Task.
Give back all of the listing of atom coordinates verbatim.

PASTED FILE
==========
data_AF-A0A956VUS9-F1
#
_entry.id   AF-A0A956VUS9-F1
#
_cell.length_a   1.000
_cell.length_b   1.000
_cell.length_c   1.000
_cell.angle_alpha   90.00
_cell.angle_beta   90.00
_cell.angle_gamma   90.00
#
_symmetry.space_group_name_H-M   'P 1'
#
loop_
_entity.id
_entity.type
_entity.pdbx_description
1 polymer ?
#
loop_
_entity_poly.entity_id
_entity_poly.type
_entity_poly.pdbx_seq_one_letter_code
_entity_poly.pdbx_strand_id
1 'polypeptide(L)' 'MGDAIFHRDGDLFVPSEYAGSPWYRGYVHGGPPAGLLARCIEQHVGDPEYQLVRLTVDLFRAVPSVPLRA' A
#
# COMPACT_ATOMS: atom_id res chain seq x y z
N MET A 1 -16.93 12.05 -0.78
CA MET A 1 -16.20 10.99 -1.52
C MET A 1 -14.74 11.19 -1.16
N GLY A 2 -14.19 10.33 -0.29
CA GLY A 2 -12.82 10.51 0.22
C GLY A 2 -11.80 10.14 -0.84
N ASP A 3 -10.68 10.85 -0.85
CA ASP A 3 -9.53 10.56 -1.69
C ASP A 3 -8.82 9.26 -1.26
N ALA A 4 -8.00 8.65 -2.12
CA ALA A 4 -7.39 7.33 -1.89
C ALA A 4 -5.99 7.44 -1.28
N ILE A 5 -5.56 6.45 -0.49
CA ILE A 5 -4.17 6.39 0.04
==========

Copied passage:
data_AF-A0A956VUS9-F1
#
_entry.id   AF-A0A956VUS9-F1
#
_cell.length_a   1.000
_cell.length_b   1.000
_cell.length_c   1.000
_cell.angle_alpha   90.00
_cell.angle_beta   90.00
_cell.angle_gamma   90.00
#
_symmetry.space_group_name_H-M   'P 1'
#
loop_
_entity.id
_entity.type
_entity.pdbx_description
1 polymer ?
#
loop_
_entity_poly.entity_id
_entity_poly.type
_entity_poly.pdbx_seq_one_letter_code
_entity_poly.pdbx_strand_id
1 'polypeptide(L)' 'MGDAIFHRDGDLFVPSEYAGSPWYRGYVHGGPPAGLLARCIEQHVGDPEYQLVRLTVDLFRAVPSVPLRA' A
#
# COMPACT_ATOMS: atom_id res chain seq x y z
N MET A 1 -16.93 12.05 -0.78
CA MET A 1 -16.20 10.99 -1.52
C MET A 1 -14.74 11.19 -1.16
N GLY A 2 -14.19 10.33 -0.29
CA GLY A 2 -12.82 10.51 0.22
C GLY A 2 -11.80 10.14 -0.84
N ASP A 3 -10.68 10.85 -0.85
CA ASP A 3 -9.53 10.56 -1.69
C ASP A 3 -8.82 9.26 -1.26
N ALA A 4 -8.00 8.65 -2.12
CA ALA A 4 -7.39 7.33 -1.89
C ALA A 4 -5.99 7.44 -1.28
N ILE A 5 -5.56 6.45 -0.49
CA ILE A 5 -4.17 6.39 0.04